Corn and soybean planting continued to progress ahead of schedule last week despite some rain delays, and crop emergence was helped by favorable temperatures.

Monday’s USDA crop update reported that 68% of the U.S. corn crop had been planted by Sunday, up from 50% a week earlier and well ahead of last year’s pace of 32% and the five-year average of 40%.

USDA pegged U.S. soybean planting progress at 15%, up from 5% a year earlier and an average pace of 8%.

Corn planting progress continues at the fastest pace in recorded history, surpassing the 63% progress reported for the same date in 2004. Soybean planting progress is the highest recorded by USDA for the date, ahead of 2001, when roughly 13% of the crop had been planted by May 2.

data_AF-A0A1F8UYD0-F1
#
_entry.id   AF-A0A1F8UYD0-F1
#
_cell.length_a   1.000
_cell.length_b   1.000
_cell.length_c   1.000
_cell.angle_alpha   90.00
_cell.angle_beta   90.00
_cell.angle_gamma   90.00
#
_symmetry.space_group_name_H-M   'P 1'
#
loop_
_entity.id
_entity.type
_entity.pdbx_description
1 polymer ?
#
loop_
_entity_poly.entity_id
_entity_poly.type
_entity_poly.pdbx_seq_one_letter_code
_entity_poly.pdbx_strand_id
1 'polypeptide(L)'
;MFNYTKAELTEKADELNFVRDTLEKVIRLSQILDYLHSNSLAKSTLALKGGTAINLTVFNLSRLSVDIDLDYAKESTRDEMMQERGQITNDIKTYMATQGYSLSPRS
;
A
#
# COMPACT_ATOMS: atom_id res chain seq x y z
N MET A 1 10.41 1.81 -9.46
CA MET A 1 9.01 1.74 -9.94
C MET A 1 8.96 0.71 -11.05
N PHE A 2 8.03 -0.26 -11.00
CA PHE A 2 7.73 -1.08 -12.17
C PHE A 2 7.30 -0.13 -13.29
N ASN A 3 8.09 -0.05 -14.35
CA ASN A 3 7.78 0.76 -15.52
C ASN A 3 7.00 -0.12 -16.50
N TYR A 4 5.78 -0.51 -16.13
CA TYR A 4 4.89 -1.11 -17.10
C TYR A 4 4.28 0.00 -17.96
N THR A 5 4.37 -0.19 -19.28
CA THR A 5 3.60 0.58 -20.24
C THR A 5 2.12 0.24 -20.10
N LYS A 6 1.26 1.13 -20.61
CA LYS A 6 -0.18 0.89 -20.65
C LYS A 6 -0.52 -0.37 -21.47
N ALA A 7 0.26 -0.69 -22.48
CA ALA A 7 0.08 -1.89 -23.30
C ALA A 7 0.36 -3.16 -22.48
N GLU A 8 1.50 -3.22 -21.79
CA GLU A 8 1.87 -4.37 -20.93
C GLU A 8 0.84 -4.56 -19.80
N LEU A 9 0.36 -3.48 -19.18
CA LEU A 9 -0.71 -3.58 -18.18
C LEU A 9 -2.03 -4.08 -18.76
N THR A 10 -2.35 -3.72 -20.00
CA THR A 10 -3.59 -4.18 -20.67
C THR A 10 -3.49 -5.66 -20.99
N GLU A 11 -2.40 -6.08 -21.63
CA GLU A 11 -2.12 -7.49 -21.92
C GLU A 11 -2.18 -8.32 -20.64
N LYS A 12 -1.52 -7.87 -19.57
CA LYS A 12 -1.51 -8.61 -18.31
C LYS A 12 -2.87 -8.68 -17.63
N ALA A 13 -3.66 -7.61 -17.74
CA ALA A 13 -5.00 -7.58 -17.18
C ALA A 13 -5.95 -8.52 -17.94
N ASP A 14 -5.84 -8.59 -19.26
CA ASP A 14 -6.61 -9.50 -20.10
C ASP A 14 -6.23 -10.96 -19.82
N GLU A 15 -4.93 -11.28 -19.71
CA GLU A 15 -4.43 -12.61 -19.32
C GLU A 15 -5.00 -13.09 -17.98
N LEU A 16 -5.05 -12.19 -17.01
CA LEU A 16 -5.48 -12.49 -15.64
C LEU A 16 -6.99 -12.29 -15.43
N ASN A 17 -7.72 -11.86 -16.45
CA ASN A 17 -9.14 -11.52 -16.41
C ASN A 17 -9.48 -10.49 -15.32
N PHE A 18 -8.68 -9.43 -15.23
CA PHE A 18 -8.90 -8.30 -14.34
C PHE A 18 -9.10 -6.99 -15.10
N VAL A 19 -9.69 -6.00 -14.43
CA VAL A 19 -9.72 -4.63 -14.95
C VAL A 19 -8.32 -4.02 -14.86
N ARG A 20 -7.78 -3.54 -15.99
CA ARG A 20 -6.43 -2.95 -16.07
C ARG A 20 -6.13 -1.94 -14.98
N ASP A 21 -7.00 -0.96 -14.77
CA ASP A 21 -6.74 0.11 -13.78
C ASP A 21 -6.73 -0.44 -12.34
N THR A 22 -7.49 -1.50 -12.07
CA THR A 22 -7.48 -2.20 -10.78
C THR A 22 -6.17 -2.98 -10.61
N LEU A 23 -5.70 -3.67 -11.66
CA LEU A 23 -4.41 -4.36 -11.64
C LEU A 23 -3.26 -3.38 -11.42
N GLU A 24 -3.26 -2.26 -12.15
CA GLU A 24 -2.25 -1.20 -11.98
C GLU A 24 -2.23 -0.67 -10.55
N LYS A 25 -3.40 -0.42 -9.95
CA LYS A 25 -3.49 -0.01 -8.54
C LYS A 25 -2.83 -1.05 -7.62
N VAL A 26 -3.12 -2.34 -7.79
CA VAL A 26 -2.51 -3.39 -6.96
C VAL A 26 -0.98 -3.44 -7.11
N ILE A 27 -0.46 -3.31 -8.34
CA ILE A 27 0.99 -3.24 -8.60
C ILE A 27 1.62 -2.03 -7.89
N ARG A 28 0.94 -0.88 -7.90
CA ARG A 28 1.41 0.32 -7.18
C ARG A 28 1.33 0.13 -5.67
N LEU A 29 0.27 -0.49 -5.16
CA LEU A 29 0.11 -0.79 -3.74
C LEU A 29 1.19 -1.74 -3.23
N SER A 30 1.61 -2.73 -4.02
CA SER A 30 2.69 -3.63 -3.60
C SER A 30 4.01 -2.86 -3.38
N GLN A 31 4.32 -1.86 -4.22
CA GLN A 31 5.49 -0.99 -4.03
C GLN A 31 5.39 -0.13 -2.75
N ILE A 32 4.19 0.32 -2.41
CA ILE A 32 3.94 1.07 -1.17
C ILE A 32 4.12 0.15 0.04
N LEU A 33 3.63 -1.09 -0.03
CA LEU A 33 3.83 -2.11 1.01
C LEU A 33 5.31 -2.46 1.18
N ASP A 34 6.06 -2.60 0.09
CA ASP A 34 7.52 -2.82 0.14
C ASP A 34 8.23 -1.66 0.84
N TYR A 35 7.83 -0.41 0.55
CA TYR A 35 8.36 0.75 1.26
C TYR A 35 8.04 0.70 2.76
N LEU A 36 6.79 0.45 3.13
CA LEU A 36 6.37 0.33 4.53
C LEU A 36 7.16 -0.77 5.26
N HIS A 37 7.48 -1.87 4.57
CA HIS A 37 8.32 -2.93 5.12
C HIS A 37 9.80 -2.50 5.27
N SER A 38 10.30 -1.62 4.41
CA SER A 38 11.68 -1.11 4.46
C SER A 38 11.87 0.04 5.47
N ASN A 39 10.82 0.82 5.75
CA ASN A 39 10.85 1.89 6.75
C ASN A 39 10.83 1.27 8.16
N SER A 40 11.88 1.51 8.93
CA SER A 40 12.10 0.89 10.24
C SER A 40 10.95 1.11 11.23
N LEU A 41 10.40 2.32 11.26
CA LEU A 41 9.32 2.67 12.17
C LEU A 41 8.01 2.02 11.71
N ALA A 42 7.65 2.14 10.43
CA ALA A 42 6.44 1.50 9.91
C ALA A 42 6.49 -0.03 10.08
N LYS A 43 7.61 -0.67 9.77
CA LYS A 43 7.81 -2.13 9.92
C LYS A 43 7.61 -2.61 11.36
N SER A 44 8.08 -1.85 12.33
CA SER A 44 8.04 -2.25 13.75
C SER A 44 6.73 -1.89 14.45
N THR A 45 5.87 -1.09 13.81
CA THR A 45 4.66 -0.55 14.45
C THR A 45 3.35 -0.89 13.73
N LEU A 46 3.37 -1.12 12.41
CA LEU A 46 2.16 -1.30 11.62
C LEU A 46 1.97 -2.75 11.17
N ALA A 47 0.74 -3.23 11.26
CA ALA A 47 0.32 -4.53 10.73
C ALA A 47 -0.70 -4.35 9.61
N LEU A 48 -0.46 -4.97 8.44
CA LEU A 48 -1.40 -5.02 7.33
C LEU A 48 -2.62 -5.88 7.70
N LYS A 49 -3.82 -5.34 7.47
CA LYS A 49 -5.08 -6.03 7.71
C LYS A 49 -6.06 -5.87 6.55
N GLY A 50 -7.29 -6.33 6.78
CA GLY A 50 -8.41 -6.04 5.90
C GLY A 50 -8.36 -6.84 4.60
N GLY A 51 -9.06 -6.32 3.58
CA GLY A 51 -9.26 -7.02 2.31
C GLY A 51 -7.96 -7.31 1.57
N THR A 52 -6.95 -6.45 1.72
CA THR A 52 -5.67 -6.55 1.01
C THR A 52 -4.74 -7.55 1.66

USDA reported that 19% of the U.S. corn crop had emerged by Sunday, up from only 4% a year earlier and the five-year average of 9%.

Corn planting is already winding down in the heart of the Corn Belt, with 84% of the crop already in the ground in the top-growing state of Iowa and planting 87% complete in both the No. 2 corn state of Illinois and the No. 3 state of Minnesota.

A year ago at this time, only 5% of the Illinois crop had been planted due to extremely wet, cool conditions across the state. This year, 39% of the Illinois crop has already emerged, when none was reported a year ago.

Editor’s note: Richard Brock, Corn & Soybean Digest's marketing editor, is president of Brock Associates, a farm market advisory firm, and publisher of The Brock Report.